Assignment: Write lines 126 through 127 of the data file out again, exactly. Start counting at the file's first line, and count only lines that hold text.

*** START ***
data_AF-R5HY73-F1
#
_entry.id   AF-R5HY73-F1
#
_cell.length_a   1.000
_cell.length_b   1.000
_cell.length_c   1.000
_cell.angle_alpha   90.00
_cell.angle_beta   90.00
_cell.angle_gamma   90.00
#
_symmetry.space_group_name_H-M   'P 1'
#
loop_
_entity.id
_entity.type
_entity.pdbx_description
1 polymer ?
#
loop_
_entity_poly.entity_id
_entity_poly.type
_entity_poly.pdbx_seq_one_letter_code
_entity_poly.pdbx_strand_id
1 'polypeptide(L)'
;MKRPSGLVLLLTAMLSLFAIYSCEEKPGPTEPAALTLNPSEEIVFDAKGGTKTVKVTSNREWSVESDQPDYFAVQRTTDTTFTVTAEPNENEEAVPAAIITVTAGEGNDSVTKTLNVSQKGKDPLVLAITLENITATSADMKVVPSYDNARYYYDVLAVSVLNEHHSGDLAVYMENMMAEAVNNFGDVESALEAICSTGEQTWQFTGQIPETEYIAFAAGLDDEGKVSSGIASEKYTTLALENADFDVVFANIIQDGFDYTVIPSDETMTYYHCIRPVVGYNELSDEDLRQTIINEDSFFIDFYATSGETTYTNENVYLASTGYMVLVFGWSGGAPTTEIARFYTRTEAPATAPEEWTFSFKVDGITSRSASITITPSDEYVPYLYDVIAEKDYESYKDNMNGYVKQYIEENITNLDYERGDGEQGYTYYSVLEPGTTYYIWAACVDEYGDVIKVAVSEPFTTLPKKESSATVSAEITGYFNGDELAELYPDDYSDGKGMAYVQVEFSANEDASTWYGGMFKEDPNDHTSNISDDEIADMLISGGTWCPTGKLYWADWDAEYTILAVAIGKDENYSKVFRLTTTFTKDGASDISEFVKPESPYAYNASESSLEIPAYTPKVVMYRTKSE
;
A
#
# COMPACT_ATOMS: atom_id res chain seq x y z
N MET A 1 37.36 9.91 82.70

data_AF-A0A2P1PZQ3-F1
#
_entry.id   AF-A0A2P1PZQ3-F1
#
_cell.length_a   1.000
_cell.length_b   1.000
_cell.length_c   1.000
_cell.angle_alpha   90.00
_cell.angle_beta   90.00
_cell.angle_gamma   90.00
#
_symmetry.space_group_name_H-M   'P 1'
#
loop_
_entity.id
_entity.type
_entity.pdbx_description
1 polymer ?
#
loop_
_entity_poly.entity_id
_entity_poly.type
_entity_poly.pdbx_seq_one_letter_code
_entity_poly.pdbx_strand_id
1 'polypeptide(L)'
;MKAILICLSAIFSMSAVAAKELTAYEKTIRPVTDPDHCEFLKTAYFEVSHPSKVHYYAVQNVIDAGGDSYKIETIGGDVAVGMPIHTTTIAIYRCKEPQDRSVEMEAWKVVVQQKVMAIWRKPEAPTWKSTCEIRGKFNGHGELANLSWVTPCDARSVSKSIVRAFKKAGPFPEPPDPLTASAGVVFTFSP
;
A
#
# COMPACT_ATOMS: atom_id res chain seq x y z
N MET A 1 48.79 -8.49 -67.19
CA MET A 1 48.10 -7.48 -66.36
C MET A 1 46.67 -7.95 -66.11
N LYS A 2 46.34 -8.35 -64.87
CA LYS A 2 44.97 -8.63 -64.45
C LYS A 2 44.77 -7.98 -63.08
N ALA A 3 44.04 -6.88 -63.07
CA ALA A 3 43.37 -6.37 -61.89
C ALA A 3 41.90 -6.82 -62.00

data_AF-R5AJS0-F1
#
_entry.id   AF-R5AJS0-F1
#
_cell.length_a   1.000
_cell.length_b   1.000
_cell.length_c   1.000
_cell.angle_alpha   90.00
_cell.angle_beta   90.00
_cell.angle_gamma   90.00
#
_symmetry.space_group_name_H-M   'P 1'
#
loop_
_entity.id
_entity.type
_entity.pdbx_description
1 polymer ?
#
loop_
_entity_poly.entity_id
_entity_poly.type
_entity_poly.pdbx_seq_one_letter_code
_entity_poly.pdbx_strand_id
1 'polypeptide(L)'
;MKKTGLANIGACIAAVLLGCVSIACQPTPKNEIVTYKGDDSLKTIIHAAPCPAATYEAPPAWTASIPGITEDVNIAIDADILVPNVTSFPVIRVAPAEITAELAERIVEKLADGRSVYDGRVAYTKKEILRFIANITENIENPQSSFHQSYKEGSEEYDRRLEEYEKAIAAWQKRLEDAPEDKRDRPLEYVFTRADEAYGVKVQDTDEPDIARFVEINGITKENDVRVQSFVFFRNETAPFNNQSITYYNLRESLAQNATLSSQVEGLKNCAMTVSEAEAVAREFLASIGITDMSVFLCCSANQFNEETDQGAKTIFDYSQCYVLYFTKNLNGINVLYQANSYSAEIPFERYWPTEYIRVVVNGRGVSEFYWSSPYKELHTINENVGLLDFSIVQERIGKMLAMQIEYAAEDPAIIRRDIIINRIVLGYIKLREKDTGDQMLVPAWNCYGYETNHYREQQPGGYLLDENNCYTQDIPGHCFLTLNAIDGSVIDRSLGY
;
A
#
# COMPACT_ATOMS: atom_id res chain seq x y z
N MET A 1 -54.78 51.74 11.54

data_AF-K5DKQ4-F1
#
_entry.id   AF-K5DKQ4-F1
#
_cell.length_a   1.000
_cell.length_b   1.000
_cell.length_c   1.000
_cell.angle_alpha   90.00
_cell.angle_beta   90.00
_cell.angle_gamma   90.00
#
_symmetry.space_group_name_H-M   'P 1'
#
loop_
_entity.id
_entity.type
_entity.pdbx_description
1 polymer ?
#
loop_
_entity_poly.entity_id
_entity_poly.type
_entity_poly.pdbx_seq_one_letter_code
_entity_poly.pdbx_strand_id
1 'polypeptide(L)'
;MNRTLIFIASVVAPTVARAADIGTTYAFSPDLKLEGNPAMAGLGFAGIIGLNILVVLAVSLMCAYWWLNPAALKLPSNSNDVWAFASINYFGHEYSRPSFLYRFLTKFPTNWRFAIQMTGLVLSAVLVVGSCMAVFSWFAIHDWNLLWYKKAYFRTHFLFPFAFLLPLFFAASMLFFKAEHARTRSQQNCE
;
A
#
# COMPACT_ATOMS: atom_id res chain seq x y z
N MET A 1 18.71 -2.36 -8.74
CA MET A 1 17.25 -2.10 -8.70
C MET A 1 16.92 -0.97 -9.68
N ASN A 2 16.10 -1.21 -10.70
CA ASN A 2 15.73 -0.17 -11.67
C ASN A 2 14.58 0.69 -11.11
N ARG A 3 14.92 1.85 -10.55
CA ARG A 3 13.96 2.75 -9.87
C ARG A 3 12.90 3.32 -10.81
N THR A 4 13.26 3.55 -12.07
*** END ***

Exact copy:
1 'polypeptide(L)'
;MNRTLIFIASVVAPTVARAADIGTTYAFSPDLKLEGNPAMAGLGFAGIIGLNILVVLAVSLMCAYWWLNPAALKLPSNSNDVWAFASINYFGHEYSRPSFLYRFLTKFPTNWRFAIQMTGLVLSAVLVVGSCMAVFSWFAIHDWNLLWYKKAYFRTHFLFPFAFLLPLFFAASMLFFKAEHARTRSQQNCE